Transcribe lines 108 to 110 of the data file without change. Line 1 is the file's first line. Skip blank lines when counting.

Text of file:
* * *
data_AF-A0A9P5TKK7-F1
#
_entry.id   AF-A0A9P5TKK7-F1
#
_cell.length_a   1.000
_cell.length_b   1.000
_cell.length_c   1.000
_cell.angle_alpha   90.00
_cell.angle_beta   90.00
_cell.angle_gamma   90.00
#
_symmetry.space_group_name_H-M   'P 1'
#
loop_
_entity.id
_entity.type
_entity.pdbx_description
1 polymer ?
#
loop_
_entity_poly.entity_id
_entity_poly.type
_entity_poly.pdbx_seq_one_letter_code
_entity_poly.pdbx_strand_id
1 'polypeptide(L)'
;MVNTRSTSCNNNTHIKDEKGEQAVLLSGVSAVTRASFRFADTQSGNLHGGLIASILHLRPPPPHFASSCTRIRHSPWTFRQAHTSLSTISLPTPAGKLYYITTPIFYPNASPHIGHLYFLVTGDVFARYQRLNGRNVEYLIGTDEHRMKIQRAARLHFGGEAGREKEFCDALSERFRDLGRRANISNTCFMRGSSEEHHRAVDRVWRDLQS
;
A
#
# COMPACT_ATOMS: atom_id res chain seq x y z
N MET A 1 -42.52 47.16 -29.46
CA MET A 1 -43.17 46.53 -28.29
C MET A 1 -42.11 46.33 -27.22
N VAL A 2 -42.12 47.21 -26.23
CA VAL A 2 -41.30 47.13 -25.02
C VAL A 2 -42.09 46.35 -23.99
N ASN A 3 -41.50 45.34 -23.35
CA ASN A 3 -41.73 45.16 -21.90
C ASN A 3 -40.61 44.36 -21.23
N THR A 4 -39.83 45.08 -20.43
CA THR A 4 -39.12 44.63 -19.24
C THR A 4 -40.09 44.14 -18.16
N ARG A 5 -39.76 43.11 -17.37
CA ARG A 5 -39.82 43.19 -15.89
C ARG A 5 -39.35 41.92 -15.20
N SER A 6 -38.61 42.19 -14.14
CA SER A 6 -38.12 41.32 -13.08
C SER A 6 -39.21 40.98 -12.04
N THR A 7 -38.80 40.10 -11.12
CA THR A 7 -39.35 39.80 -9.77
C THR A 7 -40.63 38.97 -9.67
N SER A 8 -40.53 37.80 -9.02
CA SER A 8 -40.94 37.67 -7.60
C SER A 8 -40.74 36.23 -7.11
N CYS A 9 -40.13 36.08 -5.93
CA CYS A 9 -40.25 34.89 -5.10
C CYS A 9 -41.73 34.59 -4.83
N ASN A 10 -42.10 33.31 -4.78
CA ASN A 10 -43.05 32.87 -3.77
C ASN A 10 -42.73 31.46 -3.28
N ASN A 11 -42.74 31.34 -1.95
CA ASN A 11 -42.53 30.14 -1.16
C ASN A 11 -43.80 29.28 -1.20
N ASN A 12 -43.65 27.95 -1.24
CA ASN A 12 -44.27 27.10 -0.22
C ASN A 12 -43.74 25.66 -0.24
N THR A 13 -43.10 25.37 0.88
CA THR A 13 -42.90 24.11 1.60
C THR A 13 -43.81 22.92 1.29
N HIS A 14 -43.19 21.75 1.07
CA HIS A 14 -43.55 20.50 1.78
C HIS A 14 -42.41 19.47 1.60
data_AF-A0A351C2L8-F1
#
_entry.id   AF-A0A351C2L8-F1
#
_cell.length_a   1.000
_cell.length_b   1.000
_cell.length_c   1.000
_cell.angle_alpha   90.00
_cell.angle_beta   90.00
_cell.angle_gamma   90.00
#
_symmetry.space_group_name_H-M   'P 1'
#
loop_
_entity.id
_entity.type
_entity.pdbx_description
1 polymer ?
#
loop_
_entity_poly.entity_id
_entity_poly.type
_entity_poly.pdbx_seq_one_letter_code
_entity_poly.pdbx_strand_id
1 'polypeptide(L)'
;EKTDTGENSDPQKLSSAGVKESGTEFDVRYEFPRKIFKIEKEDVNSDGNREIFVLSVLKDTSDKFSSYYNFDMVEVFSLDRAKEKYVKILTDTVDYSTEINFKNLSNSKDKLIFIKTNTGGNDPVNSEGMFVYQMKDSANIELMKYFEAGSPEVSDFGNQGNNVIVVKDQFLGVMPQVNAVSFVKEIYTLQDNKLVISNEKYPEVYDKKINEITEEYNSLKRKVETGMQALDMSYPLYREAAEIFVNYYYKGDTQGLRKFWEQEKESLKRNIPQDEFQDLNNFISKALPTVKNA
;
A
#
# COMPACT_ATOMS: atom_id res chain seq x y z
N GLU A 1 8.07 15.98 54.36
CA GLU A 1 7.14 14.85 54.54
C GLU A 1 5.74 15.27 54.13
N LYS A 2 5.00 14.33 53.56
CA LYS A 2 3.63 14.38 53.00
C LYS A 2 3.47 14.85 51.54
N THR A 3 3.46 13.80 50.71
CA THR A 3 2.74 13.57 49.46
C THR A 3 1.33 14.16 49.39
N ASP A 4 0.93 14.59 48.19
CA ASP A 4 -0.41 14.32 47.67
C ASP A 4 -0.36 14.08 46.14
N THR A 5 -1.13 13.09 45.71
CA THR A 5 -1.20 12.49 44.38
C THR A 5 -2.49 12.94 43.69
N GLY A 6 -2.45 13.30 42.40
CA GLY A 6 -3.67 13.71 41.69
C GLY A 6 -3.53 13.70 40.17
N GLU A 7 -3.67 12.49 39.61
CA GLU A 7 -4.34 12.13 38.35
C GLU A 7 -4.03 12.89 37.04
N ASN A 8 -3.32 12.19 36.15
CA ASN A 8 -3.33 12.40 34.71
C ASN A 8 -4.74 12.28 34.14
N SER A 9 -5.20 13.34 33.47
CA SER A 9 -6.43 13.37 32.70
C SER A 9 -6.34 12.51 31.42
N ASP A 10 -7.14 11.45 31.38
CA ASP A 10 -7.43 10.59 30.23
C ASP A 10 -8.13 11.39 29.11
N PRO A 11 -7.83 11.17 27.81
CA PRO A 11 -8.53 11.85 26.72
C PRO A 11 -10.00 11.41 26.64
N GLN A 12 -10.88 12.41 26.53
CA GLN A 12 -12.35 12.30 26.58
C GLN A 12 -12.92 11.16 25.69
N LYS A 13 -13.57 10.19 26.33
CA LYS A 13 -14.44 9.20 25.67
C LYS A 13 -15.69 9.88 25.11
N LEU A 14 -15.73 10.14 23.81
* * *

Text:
C LYS A 2 3.47 14.85 51.54
N THR A 3 3.46 13.80 50.71
CA THR A 3 2.74 13.57 49.46